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12

AES has fewer rounds than Serpent so AES should be faster. The number of rounds by itself is meaningless. Some ciphers have a few complex rounds and others have many simple rounds. See my answer to Why does SHA-1 have 80 rounds? for a related explanation. There is no speed decrease with bigger key size in Serpent while there is in AES. The ...


8

First, from a direct witness of the events (i.e. myself): Serpent was indeed felt as "too slow" when compared with Rijndael, by a factor of 2 to 3. The performance of Rijndael was not the best there was on a PC (RC6 was faster) but it wasn't abysmal on any platform, especially 8-bit smartcard (contrary to, say, RC6). Serpent performance was consistently ...


7

The final report is here http://csrc.nist.gov/archive/aes/index.html. All five finalists had at least adequate security on all accounts studied during the process, but Rijndael had better performance characteristics in both software and firmware on other hardware than 32 bit processors, compared to the other finalists.


4

During the end of the contest the twofish team published a paper with their analysis where they discuss their thoughts and beliefs of what should happen. Futhermore they discuss the speed security tradeoff. Keep in mind this is a bit ago during the actual AES competition.


4

I can see based upon your question that you're not already a crypto-expert. Given that, I think the single most useful answer I can give you is this: Multiple encryption addresses a problem that mostly doesn't exist. Modern ciphers rarely get broken -- at least, not in the Swordfish sense. You're far more likely to get hit by malware or an ...


3

To answer your questions in order: You won't find test vectors for the s-boxes in the submission - the s-box functions are implementation specific optimisations, especially the bit-sliced s-box functions like the Osvik and Gladman/Simpson, which actually compute multiple s-box lookups in parallel. If you need to test your s-box implementations, I would ...


3

The reason it is taking 4 32-bit integers into the round function is because it IS a bitsliced implementation. It bitsclices 32 4-bit sboxes into 4 32-bit inputs and uses standard logical operations on the words to get the job done. The sbox you posted was not generated by Osvik, but he generated a set of optimized blitsliced sboxes for 32-bit ...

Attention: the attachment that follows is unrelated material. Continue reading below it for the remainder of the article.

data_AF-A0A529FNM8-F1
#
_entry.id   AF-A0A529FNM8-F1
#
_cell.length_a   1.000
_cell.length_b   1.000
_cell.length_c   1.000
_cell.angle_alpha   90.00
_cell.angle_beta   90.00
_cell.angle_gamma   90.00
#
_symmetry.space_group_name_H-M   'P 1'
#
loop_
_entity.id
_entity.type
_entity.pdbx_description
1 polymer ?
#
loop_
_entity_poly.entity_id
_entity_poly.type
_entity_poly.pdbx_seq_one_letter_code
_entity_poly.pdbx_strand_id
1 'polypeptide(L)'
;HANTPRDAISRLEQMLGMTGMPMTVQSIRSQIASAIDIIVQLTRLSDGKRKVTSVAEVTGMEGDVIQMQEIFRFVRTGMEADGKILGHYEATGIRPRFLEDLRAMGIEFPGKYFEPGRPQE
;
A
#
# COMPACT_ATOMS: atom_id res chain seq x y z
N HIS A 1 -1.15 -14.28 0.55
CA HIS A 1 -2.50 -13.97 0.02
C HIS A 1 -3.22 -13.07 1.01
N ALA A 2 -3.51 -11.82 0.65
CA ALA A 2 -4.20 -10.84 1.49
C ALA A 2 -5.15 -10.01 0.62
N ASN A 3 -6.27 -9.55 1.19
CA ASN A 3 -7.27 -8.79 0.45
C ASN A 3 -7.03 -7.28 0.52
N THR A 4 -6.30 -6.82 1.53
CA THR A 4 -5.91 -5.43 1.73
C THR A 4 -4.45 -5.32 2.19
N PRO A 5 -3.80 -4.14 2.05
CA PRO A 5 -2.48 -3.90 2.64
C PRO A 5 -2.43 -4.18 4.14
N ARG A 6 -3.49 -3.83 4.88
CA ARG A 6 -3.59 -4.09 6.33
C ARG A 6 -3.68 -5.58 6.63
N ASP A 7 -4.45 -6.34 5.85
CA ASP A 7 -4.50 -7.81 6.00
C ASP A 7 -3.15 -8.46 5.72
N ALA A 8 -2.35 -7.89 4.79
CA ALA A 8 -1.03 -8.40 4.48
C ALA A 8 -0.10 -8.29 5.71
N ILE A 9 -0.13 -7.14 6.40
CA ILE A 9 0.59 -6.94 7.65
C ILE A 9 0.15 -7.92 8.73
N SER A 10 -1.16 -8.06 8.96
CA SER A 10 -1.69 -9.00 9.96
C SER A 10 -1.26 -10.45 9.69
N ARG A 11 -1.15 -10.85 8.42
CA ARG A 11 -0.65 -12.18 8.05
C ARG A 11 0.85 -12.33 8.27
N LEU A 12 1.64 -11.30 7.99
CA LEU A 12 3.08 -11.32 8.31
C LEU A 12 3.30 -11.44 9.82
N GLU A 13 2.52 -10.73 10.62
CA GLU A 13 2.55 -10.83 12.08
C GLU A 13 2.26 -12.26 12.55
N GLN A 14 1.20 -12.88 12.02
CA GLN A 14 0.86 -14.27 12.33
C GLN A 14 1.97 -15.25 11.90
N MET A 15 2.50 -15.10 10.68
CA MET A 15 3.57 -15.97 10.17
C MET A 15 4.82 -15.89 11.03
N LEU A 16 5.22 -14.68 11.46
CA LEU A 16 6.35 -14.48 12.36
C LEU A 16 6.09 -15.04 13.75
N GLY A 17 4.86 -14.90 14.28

3

Your first option: Encrypted(Input) = AES256(key2, Serpent(key1, Input)) suffers from a textbook meet-in-the-middle attack. It only gives you one additional bit of security over AES alone / Serpent alone. Not a good choice if you're aiming for extra paranoia.


3

I don't think it's a bad idea - neither does Bruce Schneier. In his book Applied Cryptography, there is a section called "Cascading Multiple Block Algorithms". He basically states that provided that two distinct algorithms and two independent keys are used, then the result should be at least as difficult to break as the strongest algorithm. If Alice and ...


3

An adversary would have to first break the first scheme and then the second, so in concrete terms there is slightly added security.If it takes time $2^{80}$ to break each scheme independently, it now takes time $2^{81}$ to break both encryptions. So there is minimal added security. In computational terms, assuming the key-size are similar, this wouldn't add ...


3

During the final round of the AES contest, NIST issued a summary of the 5 finalists on the topics of security, speed, implementation, and such. That sounds like what you're looking for, see sections 3 and 5 of the paper. General ideas from the paper: Rijndael had a potentially lower security margin than Twofish and Serpent. Rijndael had better performance ...


2

Block ciphers are already built of multiple components: AES = fixed 8-bit sbox, MDS matrix multiplication, 8-bit rotations Twofish = key dependent sboxes, MDS matrix, 1 and 8-bit rotations, PHT Chaining ciphers adds more components, more rounds, more complexity Depending on chaining implementation, a different IV is not required for each cipher. For ...



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